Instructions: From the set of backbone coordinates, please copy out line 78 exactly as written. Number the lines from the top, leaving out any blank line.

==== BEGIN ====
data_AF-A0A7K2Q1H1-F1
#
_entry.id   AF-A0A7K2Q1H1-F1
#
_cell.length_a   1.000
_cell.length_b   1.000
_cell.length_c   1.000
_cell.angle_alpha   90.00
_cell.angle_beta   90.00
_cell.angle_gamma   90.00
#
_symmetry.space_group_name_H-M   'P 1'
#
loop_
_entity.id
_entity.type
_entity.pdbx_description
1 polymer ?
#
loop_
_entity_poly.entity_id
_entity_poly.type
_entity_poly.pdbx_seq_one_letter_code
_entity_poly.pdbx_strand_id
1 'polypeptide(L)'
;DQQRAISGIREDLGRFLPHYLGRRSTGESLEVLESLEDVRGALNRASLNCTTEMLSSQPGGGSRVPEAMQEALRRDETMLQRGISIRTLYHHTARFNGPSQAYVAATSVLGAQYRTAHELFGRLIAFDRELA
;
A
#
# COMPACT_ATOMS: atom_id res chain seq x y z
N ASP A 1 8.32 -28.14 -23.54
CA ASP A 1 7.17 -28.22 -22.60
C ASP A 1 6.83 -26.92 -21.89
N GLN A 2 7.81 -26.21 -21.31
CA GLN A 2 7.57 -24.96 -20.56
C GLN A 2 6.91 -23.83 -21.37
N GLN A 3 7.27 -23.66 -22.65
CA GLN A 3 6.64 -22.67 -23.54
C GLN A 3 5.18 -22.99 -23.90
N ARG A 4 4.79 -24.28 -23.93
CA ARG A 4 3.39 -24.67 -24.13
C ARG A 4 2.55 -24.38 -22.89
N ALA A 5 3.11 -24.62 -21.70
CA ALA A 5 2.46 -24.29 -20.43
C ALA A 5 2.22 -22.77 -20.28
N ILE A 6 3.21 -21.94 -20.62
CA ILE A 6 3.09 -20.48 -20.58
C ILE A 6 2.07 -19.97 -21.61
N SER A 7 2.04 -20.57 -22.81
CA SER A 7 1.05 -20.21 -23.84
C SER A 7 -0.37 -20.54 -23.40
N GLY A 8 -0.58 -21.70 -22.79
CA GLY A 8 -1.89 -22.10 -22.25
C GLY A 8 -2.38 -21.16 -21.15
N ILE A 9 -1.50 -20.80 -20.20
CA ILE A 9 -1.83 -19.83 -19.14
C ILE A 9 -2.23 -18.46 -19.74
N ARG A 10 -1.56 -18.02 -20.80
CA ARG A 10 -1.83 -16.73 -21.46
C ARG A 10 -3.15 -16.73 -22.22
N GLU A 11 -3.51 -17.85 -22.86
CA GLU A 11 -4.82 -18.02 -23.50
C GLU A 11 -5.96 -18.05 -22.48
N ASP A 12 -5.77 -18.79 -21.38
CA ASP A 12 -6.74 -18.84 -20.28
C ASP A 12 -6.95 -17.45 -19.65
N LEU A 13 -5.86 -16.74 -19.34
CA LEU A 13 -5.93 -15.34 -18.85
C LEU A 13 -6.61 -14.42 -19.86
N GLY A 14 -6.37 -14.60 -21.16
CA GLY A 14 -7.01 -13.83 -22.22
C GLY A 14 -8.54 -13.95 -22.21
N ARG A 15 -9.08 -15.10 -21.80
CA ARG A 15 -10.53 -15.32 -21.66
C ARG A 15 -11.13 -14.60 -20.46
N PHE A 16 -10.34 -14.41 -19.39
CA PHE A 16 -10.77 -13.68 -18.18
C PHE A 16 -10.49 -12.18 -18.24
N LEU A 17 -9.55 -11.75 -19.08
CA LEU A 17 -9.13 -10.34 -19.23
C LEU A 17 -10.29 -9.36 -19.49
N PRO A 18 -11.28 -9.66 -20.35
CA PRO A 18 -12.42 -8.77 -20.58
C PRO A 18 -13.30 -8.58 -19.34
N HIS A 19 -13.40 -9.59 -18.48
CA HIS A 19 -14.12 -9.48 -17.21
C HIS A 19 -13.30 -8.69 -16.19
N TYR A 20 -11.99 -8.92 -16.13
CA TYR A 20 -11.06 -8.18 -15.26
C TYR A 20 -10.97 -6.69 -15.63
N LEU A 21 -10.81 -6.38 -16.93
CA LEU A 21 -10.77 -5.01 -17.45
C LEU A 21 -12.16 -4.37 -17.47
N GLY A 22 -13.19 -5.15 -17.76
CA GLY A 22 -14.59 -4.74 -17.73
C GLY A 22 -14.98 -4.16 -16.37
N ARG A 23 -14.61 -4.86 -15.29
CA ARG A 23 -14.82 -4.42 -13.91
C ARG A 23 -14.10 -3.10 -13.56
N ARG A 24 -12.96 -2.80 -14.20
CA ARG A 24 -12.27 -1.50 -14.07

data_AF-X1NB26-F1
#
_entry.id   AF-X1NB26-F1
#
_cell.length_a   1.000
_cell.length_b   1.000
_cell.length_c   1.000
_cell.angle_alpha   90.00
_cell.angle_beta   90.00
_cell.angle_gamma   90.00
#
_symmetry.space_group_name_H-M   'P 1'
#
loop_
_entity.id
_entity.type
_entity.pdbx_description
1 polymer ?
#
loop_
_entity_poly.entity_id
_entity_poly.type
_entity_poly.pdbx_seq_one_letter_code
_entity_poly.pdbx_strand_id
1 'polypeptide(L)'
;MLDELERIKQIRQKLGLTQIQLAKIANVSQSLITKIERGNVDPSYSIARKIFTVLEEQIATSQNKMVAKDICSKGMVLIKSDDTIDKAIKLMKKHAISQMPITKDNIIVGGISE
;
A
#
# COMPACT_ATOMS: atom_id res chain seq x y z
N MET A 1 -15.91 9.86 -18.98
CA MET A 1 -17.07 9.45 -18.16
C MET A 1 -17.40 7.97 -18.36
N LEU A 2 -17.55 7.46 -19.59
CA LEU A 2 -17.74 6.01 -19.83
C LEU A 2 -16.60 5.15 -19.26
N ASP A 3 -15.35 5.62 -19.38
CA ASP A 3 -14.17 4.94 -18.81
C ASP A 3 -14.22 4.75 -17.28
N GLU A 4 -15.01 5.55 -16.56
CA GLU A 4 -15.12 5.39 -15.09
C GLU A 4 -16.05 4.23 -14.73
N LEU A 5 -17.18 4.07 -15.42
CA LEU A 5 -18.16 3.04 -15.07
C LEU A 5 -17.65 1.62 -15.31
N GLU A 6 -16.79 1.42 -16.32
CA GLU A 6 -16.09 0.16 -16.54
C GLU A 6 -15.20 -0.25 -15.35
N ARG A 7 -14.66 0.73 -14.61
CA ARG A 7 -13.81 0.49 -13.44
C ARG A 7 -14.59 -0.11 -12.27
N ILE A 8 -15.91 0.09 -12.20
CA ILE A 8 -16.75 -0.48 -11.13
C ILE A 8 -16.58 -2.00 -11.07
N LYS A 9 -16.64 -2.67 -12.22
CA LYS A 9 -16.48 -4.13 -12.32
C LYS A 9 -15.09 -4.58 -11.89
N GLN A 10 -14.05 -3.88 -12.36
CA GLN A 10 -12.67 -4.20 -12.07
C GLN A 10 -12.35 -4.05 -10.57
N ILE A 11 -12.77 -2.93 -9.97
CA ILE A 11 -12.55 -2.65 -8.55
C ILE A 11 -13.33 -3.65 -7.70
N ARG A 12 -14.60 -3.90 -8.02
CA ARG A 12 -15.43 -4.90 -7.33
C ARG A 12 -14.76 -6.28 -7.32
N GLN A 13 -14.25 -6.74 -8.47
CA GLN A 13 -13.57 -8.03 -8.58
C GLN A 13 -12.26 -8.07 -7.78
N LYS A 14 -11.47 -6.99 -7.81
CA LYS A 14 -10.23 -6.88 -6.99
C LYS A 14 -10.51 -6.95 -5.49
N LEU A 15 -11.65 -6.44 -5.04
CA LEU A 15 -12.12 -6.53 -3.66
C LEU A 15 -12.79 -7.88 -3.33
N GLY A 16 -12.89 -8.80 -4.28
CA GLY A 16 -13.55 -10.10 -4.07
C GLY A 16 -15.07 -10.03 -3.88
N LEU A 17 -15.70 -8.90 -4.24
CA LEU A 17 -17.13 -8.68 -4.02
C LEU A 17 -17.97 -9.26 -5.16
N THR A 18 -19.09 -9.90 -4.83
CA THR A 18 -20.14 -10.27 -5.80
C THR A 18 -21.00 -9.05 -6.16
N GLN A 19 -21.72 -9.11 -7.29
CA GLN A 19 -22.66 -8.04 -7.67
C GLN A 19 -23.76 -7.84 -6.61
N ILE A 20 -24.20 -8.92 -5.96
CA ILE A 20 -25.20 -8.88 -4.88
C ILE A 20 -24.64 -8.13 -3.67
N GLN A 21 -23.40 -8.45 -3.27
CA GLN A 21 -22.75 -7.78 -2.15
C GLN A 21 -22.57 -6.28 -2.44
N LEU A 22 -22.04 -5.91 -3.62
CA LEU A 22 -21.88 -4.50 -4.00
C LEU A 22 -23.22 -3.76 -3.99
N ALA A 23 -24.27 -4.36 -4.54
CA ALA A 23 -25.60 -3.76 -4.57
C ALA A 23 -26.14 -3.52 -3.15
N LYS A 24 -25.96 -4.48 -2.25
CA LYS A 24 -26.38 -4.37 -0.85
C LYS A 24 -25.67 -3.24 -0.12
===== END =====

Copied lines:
C PHE A 16 -10.49 -12.18 -18.24